Alandra Markman is a New York City based Spiritual Healer, Poet and Musician. All of these are evident on his Solo Piano album ‘Live at Shapeshifter’.
‘Live at Shapeshifter’ darts between both classical and jazz genres during it’s 5 spiritually uplifting tracks. The album is completely improvised and are a sonic documentation of what was happening at that moment in time.
This stunning piece of work opens with ‘Steeping Nettles’, it is an excellent opening track and represents Markman’s skill and talent. To begin with the track feels disorientating as it skits all over the pianos’ keyboard but the listener always feels safe in Markman’s hands. There are gorgeous arpeggios and descending runs throughout. We especially adored the ascending arpeggio chords in the middle, creating a whole textured and colourful landscape. It is so clear in its audio description you can almost touch it. Adding to this, is the staccato rhythm three quarters of the way through, conjuring further interest and absorption. His fingers are dancing over the keys so fast we were left wonder, how many fingers does he have?
The second track, ‘Mutiplicitous Abiding’ has a dissonant chordal opening and is slower in tempo than its predecessor. There are a lot of clashing, uncomfortable and forbidding melodies which adds a mysterious quality. It left us always on edge and never quite sure what is coming next, in the best possible way!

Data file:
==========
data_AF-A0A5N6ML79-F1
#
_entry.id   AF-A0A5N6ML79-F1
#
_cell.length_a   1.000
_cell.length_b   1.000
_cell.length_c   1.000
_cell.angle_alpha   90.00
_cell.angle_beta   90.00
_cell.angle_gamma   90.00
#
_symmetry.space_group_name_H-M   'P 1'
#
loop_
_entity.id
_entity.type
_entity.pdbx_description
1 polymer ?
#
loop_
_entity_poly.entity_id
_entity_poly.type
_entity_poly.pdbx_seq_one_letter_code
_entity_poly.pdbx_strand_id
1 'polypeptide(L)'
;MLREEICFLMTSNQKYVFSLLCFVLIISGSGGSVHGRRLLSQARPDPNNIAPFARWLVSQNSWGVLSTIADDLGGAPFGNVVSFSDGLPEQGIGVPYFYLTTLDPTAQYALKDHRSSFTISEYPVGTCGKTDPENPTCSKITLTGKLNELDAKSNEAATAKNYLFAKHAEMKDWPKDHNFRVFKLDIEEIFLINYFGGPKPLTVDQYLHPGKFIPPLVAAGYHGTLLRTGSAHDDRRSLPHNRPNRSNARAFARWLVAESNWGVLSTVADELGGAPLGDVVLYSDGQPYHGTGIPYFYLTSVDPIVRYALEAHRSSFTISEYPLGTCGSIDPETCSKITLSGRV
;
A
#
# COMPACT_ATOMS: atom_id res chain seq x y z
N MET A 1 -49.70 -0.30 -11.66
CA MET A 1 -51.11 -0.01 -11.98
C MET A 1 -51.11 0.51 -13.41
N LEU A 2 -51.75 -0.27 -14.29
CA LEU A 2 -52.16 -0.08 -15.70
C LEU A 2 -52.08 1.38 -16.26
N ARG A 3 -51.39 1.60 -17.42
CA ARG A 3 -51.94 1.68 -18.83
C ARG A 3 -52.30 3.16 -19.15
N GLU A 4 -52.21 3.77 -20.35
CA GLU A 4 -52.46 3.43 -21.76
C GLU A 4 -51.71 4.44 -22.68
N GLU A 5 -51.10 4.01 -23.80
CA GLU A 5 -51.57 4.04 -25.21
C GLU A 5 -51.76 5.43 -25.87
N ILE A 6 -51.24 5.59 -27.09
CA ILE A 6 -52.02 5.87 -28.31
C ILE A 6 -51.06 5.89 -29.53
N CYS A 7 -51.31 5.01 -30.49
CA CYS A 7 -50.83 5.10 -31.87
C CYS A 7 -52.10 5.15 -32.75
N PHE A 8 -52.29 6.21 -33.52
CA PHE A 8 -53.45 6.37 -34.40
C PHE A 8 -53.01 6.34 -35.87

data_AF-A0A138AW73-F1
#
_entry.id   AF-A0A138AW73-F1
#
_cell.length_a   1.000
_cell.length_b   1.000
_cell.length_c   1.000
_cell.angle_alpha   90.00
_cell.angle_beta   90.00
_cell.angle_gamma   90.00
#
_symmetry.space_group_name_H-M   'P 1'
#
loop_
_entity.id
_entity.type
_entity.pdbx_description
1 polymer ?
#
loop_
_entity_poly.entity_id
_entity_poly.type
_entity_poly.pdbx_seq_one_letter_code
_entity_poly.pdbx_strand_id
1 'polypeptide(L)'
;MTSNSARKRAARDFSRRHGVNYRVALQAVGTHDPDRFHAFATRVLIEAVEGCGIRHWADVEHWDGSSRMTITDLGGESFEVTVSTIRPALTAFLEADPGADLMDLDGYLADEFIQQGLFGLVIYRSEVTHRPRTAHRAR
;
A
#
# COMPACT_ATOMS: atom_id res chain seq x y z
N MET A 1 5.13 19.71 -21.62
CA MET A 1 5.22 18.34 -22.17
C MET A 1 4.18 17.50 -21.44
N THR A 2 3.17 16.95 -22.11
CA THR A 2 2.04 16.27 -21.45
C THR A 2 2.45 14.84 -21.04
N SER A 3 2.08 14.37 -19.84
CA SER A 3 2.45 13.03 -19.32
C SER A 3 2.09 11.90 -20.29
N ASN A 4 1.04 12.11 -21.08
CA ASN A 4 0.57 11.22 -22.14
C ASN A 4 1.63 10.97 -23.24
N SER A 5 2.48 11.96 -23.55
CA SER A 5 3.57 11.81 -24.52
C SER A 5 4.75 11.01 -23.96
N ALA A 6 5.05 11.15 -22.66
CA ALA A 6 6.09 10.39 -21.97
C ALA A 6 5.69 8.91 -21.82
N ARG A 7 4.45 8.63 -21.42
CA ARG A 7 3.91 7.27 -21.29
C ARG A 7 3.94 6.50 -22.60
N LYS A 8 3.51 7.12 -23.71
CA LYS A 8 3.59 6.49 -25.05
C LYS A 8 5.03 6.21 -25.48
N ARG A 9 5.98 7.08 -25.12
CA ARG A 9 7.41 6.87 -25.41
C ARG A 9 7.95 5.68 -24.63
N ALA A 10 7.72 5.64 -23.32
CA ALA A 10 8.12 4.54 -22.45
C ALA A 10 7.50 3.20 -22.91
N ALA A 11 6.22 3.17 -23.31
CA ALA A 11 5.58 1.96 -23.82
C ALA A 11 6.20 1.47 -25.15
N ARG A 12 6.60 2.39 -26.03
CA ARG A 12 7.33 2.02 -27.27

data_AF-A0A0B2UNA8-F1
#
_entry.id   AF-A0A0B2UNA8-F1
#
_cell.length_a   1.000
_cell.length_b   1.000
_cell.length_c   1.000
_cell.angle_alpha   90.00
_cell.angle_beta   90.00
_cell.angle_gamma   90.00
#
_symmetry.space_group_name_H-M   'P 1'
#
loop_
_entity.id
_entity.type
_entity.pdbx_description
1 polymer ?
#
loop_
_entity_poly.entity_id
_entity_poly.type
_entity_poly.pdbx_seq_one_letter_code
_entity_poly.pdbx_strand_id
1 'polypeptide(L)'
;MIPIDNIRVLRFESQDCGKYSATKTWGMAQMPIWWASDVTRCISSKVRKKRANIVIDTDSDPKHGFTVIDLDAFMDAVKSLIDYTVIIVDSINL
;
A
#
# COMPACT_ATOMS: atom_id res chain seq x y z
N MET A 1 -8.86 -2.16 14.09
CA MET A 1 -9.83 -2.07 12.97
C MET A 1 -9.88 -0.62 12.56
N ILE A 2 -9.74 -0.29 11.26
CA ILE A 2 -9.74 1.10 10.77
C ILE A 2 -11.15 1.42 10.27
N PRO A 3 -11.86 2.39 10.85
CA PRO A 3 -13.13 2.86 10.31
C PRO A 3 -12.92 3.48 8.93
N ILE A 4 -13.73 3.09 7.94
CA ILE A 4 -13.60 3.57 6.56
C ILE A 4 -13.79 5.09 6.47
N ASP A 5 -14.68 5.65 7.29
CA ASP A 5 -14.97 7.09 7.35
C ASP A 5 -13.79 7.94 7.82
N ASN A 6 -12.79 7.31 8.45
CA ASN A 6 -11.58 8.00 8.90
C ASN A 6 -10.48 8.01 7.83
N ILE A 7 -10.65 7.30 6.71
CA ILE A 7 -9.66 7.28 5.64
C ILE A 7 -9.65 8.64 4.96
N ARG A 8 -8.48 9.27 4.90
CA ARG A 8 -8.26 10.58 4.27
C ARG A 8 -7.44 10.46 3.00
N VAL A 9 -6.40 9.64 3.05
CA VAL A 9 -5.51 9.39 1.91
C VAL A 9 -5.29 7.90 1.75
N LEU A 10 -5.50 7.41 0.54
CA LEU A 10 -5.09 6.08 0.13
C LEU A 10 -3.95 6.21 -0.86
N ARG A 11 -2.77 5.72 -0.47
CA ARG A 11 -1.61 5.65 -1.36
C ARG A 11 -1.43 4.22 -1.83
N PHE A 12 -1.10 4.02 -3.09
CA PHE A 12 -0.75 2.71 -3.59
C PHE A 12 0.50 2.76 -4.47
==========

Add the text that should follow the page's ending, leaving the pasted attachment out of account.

‘One Hand Jazz’ comes next which has a happy and skitty nature being perfectly juxtaposed to ‘Mutiplicitous Abiding’. ‘Modified Wrangle’ has an opening full of confusion and again, fast subconscious playing. We could easily hear ‘Modified Wrangle’ serving as music placement for Carrie Mathison in ‘Homeland’. It has chaos descending into clarity and then straight back to choas again. There is a resolution at the end but the entire track will keep you on the edge of your seat, twisting and turning; always following it’s own path.
The final track ‘Chorale’ has an opening which could easily be identified as a classic old standard. It is extremely chordal, changing from major to minor and using every suspending chord in-between! There are riffs which dance to the chords and then resolves in a sense of wonder and hope. The final note however feels like the listener has be left on a question, will this be answered in Markman’s follow up piece of work?
All of the songs clearly belong to the same body of work. This is all credit to Markmen’s skilful playing ability. We can hear the live theatre and poetry in his cadences and delivery. After viewing Markman’s website, he clearly has a love of art in all its forms and is a special, exciting and innovative artist.
Live at Shapeshifter is available on all music stores, so what are you waiting for? Go and check out this thoroughly inspiring album today!
Interviewed by FVReviews June 2018